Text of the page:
A developer was praised for talking to the public about its 280-homes plan in the Chester flood plain but greeted with scepticism over a package of community benefits.
Astu Group chairman Patrick Davies told the One Voice for Blacon forum about proposals to develop on farmland alongside Clifton Drive near Blacon.
A previous scheme for up to 130 homes on the same plot was refused permission partly because it lies in a flood zone.
And the site is opposite another proposed housing site for 142 homes on former playing fields refused by the Secretary of State who felt there were more suitable areas less prone to flood risk.
But Astu is willing to contribute to flood protection measures which it claims will lessen the chances of flooding so that it would not be subject to such stringent planning restrictions.
Mr Davies told those gathered: “It’s targeted housing in the three areas of greatest need in Chester: over 55s affordable housing; first time buyers and family houses for private rent.
“A new public park of five hectares (12.4 acre) – by the way Grosvenor Park’s about five hectares as well – including recreational facilities of relaxing and walking, together with permanent rugby union and football pitches for community use by booking with the estate manager.
“No charge will be made for the use of any part of the park. No public funding is sought for the public park for either its creation or maintenance. The park shall be maintained by full time employees of Astu."
The company chairman said his firm was happy to pay towards flood protection measures.
He explained: “Astu is leading all relevant landowners in the Sealand Basin to provide an Environment Agency and Welsh Water approved flood protection scheme. When implemented this will lift the entire area, more than a 1,000 residential properties and businesses in the Sealand Road basin area, out of flood zone 3 to flood zone 2.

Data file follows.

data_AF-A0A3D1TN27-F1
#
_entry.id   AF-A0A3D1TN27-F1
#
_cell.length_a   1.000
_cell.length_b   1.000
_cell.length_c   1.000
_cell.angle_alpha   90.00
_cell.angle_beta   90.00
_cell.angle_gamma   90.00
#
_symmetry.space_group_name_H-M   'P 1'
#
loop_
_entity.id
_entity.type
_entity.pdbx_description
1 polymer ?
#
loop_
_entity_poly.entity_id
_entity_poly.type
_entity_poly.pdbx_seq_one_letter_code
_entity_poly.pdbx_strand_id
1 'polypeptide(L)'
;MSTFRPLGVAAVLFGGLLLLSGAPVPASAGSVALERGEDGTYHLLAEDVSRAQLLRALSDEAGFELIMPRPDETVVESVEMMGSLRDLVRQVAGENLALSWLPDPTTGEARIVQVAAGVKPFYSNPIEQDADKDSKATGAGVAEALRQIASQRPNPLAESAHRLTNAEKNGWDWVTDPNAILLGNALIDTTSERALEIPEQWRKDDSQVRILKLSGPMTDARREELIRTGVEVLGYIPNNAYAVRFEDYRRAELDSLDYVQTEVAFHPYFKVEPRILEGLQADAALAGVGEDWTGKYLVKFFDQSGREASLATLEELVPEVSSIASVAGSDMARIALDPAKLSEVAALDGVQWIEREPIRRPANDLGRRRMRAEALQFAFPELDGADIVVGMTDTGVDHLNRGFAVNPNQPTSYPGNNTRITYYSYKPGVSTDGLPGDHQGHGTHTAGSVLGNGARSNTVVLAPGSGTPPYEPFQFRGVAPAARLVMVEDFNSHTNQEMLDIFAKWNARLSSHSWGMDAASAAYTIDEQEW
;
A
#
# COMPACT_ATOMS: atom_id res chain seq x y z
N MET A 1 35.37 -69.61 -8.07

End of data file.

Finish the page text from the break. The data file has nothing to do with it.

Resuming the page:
“The underlying assumption of the new scheme is to double the capacity of the flood reserve over that which currently exists.”
Mr Davies said the balance of funding to deal with problems of sewage capacity and surface water flooding in the Sealand Road basin was being funded by Welsh Water and would also cure the ‘Sealand Stink’.
Retired teacher Andy Scargill, of Friends of North Chester Greenbelt, said the current housing supply meant a scheme in the flood plain was unnecessary and he challenged claims about the proposed mitigation measures.
“I can’t believe you can change category 3 flood plain into category 2,” he said, to which Mr Davies responded: ‘Watch this space!’.
Resident Tony Carter, of Blacon Point Road, who praised the presentation, commented: “I got the feeling I was listening to a fairy Godmother. I know the idea is to get planning permission on the flood plain but I don’t see how you are going to make a lot of money. Are you a philanthropist?”
Mr Davies said the company was a multi-family office not answerable to the Stock Exchange with lower margins expected compared with volume house builders. “Slow and steady income suits us,” he replied.
Resident Rosemary Burns said: “The plans look great – that’s if they’re passed – my concern is the traffic on Sealand Road is an absolute nightmare now, so you’re going to cause havoc.”
Mr Davies is unconcerned because of planned improvements to traffic light phasing and junctions at Sealand Road-Sovereign Way and Sealand Road-Clifton Drive. He pointed out the traffic generated by the housing would pass through outside busy times for the Greyhound Retail Park.
Blacon Cllr Reggie Jones, who chaired the meeting, complimented the developers for talking to the community, but told The Chronicle he would be calling-in the plans for a committee decision.
He said: “I have concerns for a number of reasons around the flood plain, highways, street lighting and around the intensity of the development and not forgetting the loss of open space.”
He said: “The fact is this is flood plain. It was the wrong place to build 18 months ago and it’s still the wrong place to build now.”